Sometimes we just need a gentle reminder…
Diversity in a story makes it more realistic. If you look at our world, you will see people from all walks of life. Backgrounds and experiences just as similar and different as the sun is to the moon.
Also, the depth of a character’s makeup can be a learning experience for the reader. At the very least, a cause to research and evolve so that what is foreign is now familiar.
Diversity of characters, in my opinion, is one of the most important aspects of a story. I don’t just mean making your characters have distinct personalities. I’m talking race, gender, religion, sexuality, and much more.
Regardless of whether or not most stories are about straight white people (they are, at least the ones that get super popular), it is still important to have diversity.
The way I see it, good, well-researched diversity has two effects: it shows those people who identify with the character that they are not alone, and it educates those of us who have not experienced life the way the character and other people like the character have.
Now, there is something to say for not having diverse writing. I’ve seen people complain about how they always imagined their characters one way and then get upset when people suggest they make their stories more diverse. The response…
View original post 299 more words
Struggling with the time change? This might be a good pick me up! 🙂
Everybody needs a good laugh every now and then. And life with my husband can certainly provide the best medicine. Below are my humorous accounts of such events. Enjoy!
Usually when my husband and I run errands, he drives. But on this particular warm Saturday, he asked me to take the wheel.
As we cruised along, he complained about everything – the route I took, how fast I
View original post 187 more words
As much as we hate to admit it, we’ve all been jealous a time or two when friends, relatives, or complete strangers acquire or achieve something we most desire. Envy can turn into disappointment or rage, especially if we’ve worked long and hard (with little or no results) while the other party triumphs quickly with little effort. It can be difficult to smile and congratulate someone else knowing deep down we wish it was us.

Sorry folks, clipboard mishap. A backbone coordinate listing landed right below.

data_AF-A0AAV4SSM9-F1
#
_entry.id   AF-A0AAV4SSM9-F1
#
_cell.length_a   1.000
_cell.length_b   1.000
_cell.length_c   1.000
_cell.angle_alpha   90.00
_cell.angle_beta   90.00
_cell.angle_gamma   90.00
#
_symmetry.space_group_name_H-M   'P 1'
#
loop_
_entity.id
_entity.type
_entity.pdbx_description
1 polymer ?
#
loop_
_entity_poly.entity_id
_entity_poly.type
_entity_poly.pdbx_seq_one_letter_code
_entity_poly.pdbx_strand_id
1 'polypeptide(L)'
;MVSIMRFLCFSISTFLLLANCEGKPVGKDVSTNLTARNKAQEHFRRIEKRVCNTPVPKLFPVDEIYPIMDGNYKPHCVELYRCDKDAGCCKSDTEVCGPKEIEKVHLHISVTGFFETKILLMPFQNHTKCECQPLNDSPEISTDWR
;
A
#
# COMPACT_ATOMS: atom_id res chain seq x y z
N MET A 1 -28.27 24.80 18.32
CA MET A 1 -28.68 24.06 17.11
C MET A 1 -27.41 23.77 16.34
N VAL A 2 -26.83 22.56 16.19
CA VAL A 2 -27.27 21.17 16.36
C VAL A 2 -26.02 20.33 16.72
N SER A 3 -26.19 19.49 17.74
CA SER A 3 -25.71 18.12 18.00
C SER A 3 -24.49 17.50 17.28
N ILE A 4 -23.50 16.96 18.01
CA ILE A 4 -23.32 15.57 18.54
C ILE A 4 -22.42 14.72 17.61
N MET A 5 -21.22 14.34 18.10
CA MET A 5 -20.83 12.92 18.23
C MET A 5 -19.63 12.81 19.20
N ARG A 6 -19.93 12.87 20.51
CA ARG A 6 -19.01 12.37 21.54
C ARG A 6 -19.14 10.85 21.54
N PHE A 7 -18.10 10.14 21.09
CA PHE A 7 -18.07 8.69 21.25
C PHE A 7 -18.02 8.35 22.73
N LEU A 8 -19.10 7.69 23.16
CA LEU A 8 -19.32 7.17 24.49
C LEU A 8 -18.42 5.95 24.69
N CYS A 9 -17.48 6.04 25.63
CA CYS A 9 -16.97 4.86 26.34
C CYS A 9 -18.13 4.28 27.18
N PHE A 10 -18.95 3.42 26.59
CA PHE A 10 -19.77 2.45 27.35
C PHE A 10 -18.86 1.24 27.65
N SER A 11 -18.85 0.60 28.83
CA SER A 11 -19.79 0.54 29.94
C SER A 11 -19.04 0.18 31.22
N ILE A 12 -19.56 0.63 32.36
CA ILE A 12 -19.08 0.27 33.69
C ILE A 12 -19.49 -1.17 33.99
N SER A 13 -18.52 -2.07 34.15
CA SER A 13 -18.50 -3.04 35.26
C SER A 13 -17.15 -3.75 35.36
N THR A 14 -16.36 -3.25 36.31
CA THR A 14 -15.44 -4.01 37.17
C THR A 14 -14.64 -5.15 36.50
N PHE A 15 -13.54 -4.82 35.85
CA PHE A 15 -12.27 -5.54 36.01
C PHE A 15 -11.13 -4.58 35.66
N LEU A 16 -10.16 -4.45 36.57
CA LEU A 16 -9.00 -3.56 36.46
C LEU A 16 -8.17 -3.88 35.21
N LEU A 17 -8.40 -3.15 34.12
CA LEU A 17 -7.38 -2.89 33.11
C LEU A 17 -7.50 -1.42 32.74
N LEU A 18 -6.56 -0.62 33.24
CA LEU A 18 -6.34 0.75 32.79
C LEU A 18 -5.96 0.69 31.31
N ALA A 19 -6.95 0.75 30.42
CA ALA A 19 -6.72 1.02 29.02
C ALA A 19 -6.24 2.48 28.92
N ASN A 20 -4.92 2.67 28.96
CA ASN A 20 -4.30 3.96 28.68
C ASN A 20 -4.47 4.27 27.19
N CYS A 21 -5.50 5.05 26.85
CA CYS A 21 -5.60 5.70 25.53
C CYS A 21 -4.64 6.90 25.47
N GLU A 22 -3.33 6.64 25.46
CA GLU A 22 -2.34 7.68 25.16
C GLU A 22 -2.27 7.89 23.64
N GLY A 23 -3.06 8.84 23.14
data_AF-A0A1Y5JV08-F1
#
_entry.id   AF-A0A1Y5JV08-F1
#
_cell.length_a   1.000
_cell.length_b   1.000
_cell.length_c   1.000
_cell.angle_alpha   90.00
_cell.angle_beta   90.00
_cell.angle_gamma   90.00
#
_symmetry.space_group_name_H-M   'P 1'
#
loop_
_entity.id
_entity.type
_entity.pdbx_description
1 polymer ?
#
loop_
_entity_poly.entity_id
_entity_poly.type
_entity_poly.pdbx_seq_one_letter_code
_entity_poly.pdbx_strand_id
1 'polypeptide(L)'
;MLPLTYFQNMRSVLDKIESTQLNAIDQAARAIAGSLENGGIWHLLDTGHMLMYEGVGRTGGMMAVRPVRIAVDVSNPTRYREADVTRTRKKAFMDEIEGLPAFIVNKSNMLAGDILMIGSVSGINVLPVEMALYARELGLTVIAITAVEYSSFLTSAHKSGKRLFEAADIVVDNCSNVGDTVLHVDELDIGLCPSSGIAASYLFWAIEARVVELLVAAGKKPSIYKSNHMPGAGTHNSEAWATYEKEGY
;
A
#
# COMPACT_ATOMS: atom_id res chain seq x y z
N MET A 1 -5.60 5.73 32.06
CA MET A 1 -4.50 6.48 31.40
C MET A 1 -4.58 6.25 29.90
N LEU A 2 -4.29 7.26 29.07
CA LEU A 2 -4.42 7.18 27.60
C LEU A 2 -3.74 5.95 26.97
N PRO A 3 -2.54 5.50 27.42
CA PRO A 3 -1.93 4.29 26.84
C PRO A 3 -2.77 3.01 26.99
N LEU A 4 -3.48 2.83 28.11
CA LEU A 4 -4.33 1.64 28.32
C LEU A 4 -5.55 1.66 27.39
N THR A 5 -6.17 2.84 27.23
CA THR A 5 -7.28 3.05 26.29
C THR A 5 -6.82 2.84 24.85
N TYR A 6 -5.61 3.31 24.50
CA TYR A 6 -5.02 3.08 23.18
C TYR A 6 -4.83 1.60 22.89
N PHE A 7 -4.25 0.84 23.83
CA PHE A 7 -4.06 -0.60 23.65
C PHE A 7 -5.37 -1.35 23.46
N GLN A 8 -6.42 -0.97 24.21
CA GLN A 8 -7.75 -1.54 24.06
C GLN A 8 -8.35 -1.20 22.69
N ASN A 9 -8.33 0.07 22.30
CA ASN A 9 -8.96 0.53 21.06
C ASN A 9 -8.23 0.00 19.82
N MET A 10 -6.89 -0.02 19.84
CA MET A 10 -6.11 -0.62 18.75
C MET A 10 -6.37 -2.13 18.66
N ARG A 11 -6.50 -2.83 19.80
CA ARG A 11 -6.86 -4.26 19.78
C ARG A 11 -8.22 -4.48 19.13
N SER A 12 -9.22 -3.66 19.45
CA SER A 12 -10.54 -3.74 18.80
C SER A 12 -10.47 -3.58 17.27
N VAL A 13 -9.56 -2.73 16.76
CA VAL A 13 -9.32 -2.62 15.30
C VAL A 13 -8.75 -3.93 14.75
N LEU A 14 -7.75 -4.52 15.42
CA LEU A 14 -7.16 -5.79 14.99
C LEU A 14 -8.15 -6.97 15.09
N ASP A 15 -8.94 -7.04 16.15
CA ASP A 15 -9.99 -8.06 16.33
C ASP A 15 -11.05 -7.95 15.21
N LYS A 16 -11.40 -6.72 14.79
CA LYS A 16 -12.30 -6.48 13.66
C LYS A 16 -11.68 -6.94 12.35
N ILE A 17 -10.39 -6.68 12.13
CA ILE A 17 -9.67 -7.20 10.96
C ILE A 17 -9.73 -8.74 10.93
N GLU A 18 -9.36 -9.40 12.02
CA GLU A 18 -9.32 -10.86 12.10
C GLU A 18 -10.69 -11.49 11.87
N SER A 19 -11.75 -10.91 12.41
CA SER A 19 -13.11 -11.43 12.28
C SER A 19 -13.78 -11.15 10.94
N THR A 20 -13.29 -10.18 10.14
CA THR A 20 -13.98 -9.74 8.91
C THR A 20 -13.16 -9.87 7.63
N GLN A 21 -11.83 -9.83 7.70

But it can be us!
At the age of eighteen, I worked my first grown-up job. Among a group of ten or twelve office workers, one older lady stood out to me. She didn’t say much. But when she did, it was brief and profound.
One of my co-workers didn’t receive the promotion she’d hoped. Disappointment is an understatement for her reaction to the news. But, the older lady told her,
View original post 434 more words
Today I’d like to welcome guest blogger, Patrick M. Greene, who provides practical advice every writer should consider to avoid laziness. This is something I’ve struggled with from time to time when life or the “I don’t feel like it” hits. Patrick’s insight on setting goals, motivation, and better organization can be the jump-start from stagnation to productive writing.
When you’ve finally generated an appealing story or lead, one stiff question comes to play: how do I actually start this thing? Sadly, when a writer with an average resolve comes up dry on his first few attempts to write the introduction or sustain the intensity, it’s likely going to be a major slack off. Those overstated goals suddenly turn into movie marathons or binge eating.
After losing your purpose and getting rusty, you have to rekindle your inner drive. The writing world has no room for mediocrity. If you…
View original post 1,071 more words